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Power regeneration is one of my obsessions as well. I would recommend at least one panel, and configure so to allow additional panels to be added at a later date. Sizing the first panel can be done easily by projecting your absolute minimum power drains such as nav lights, VHF, and possibly refridgeration. A 75 watt panel is small, cheap, common, and will generate enough power to get keep the lights on should all else fail.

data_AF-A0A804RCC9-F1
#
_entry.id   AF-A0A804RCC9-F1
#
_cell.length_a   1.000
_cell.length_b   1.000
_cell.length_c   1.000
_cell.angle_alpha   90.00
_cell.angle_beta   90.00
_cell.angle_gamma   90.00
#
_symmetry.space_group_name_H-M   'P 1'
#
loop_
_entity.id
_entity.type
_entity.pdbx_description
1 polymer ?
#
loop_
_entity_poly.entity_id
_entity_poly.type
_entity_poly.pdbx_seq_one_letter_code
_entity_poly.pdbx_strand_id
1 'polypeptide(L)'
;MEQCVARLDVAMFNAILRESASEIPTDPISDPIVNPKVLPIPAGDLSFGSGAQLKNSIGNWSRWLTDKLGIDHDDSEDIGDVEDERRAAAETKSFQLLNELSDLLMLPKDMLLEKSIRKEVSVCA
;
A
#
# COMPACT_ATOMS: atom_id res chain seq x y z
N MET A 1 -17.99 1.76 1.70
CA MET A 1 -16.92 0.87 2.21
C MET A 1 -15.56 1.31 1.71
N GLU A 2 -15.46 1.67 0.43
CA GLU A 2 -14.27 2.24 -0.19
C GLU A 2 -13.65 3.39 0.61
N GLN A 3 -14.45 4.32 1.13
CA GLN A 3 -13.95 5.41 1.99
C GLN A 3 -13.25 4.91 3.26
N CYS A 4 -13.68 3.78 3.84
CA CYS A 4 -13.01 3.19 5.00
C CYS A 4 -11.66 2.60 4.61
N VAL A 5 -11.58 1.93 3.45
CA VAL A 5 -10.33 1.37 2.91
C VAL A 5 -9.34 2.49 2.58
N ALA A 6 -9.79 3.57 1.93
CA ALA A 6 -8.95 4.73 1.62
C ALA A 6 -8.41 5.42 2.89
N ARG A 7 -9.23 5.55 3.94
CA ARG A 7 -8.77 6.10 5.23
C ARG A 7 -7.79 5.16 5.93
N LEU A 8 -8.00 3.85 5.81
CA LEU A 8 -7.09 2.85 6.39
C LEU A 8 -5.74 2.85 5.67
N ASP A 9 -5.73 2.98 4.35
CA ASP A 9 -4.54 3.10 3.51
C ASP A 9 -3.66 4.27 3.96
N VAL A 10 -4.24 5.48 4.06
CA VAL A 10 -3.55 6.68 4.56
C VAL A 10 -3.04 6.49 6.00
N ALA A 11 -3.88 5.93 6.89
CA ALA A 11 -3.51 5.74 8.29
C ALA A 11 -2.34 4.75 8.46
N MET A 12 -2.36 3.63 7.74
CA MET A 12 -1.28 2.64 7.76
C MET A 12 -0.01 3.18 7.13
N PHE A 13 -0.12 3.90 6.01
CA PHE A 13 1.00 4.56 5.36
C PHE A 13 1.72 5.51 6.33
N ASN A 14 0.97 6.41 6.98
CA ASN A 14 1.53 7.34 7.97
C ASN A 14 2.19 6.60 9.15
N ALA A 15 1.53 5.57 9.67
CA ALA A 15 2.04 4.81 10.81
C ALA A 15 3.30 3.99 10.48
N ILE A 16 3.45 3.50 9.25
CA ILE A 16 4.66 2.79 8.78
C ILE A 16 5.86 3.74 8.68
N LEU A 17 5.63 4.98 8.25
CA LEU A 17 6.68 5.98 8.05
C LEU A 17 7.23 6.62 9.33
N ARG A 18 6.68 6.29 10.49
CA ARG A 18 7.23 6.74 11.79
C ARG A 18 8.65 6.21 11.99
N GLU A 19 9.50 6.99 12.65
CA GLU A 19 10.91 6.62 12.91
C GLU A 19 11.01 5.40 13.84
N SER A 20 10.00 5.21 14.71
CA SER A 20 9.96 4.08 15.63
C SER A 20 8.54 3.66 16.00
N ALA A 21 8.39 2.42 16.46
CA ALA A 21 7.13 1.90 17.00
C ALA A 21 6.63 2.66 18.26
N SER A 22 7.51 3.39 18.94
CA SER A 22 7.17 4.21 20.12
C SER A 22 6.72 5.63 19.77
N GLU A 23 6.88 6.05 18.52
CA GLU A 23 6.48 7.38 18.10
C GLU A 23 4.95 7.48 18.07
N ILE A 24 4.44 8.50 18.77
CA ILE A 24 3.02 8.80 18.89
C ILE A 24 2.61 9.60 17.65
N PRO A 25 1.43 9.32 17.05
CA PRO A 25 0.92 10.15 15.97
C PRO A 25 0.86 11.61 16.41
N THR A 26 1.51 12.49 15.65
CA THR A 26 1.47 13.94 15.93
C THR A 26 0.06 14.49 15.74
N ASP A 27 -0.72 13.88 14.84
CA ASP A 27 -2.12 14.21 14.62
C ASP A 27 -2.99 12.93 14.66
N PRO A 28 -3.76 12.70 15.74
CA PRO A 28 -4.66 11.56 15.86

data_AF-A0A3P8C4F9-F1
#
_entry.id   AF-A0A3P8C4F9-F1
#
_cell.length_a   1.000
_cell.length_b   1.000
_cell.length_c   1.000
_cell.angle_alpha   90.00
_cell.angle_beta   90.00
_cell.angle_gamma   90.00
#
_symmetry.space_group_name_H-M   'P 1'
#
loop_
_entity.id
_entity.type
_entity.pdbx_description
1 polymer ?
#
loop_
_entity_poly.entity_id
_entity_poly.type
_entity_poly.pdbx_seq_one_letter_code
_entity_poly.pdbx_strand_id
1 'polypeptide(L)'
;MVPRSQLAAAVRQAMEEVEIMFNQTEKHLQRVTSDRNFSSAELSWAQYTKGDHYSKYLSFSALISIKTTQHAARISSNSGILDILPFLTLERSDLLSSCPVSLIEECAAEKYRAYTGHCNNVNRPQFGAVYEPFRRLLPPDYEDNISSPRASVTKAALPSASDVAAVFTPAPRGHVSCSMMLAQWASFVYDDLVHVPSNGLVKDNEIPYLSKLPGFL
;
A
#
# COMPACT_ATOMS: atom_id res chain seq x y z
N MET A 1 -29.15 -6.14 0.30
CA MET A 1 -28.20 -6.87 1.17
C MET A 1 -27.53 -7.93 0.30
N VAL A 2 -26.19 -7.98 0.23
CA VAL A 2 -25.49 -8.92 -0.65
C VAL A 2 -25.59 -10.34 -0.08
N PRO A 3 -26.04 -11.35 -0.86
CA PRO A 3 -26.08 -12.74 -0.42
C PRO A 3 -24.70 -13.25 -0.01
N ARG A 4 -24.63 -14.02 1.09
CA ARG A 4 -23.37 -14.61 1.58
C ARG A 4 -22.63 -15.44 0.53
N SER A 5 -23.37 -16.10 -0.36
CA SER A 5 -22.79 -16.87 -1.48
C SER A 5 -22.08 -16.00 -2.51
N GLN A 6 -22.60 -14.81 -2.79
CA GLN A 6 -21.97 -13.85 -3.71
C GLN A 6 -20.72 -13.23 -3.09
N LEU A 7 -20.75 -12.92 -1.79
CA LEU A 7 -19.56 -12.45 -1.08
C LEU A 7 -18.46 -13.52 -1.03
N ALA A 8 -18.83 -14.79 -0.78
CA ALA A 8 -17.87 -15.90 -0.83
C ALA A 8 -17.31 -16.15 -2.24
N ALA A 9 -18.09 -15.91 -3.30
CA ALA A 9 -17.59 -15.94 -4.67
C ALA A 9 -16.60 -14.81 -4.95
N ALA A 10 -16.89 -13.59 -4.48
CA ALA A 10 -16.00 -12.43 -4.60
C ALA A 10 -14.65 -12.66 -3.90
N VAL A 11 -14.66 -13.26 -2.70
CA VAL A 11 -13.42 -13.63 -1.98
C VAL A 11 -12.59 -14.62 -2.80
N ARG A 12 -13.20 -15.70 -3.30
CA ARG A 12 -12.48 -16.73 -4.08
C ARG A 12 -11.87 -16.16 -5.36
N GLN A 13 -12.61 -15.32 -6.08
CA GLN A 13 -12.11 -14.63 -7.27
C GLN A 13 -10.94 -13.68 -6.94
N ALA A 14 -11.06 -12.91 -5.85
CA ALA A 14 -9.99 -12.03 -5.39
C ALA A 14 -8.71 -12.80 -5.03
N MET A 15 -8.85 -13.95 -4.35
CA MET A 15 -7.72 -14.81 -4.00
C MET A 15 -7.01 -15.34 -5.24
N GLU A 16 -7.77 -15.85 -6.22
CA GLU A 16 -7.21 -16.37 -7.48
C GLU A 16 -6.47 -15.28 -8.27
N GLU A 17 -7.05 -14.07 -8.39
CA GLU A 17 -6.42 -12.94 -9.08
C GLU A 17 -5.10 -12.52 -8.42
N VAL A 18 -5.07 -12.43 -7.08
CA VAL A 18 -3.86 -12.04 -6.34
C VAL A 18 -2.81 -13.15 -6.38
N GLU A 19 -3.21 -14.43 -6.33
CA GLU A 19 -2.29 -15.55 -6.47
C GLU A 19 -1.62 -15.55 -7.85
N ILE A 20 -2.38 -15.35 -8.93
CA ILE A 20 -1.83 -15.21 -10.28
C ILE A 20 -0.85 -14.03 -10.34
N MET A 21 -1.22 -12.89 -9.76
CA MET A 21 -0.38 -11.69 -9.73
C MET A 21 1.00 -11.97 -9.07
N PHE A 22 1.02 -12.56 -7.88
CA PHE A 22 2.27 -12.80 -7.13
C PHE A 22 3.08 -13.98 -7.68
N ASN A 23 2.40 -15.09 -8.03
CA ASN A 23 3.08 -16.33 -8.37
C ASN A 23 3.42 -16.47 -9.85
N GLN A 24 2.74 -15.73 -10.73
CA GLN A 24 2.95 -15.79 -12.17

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Old 28-11-2006, 18:24   #30
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It is after all about being mindful of resources. There are many resources aboard and it is easy to say one is most important but to some degree they all matter. Power, water, or sleep.